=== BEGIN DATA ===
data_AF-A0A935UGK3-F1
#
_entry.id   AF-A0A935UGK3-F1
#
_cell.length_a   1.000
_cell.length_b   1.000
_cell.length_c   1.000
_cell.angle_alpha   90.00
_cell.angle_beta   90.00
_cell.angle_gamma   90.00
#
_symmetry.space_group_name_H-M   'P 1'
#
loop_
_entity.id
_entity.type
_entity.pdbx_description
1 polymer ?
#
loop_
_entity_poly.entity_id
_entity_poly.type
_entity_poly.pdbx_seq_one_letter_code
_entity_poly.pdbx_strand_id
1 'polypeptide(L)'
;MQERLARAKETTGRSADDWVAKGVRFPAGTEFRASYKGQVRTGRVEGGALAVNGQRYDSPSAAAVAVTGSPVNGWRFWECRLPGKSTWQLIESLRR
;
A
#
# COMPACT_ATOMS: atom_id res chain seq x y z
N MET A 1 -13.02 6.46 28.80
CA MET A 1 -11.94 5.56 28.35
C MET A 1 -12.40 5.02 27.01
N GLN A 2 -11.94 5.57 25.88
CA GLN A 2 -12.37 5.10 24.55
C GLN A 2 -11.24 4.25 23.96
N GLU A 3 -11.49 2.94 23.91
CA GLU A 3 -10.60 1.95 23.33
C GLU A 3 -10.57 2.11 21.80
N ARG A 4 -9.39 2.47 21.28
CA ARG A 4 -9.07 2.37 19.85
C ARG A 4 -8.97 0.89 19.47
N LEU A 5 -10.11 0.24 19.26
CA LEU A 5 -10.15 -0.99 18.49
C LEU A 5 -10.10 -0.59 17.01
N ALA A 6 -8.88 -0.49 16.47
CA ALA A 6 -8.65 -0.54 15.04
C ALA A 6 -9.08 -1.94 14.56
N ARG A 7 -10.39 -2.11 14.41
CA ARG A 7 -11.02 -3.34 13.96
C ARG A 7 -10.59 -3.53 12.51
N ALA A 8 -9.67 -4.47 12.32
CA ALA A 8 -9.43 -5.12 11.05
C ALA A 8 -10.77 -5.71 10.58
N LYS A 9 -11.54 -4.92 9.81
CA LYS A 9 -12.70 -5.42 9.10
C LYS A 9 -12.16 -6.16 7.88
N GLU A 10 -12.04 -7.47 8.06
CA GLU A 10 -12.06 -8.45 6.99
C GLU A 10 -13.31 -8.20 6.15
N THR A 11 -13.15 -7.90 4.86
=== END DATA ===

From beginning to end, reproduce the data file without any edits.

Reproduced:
data_AF-A0A935UGK3-F1
#
_entry.id   AF-A0A935UGK3-F1
#
_cell.length_a   1.000
_cell.length_b   1.000
_cell.length_c   1.000
_cell.angle_alpha   90.00
_cell.angle_beta   90.00
_cell.angle_gamma   90.00
#
_symmetry.space_group_name_H-M   'P 1'
#
loop_
_entity.id
_entity.type
_entity.pdbx_description
1 polymer ?
#
loop_
_entity_poly.entity_id
_entity_poly.type
_entity_poly.pdbx_seq_one_letter_code
_entity_poly.pdbx_strand_id
1 'polypeptide(L)'
;MQERLARAKETTGRSADDWVAKGVRFPAGTEFRASYKGQVRTGRVEGGALAVNGQRYDSPSAAAVAVTGSPVNGWRFWECRLPGKSTWQLIESLRR
;
A
#
# COMPACT_ATOMS: atom_id res chain seq x y z
N MET A 1 -13.02 6.46 28.80
CA MET A 1 -11.94 5.56 28.35
C MET A 1 -12.40 5.02 27.01
N GLN A 2 -11.94 5.57 25.88
CA GLN A 2 -12.37 5.10 24.55
C GLN A 2 -11.24 4.25 23.96
N GLU A 3 -11.49 2.94 23.91
CA GLU A 3 -10.60 1.95 23.33
C GLU A 3 -10.57 2.11 21.80
N ARG A 4 -9.39 2.47 21.28
CA ARG A 4 -9.07 2.37 19.85
C ARG A 4 -8.97 0.89 19.47
N LEU A 5 -10.11 0.24 19.26
CA LEU A 5 -10.15 -0.99 18.49
C LEU A 5 -10.10 -0.59 17.01
N ALA A 6 -8.88 -0.49 16.47
CA ALA A 6 -8.65 -0.54 15.04
C ALA A 6 -9.08 -1.94 14.56
N ARG A 7 -10.39 -2.11 14.41
CA ARG A 7 -11.02 -3.34 13.96
C ARG A 7 -10.59 -3.53 12.51
N ALA A 8 -9.67 -4.47 12.32
CA ALA A 8 -9.43 -5.12 11.05
C ALA A 8 -10.77 -5.71 10.58
N LYS A 9 -11.54 -4.92 9.81
CA LYS A 9 -12.70 -5.42 9.10
C LYS A 9 -12.16 -6.16 7.88
N GLU A 10 -12.04 -7.47 8.06
CA GLU A 10 -12.06 -8.45 6.99
C GLU A 10 -13.31 -8.20 6.15
N THR A 11 -13.15 -7.90 4.86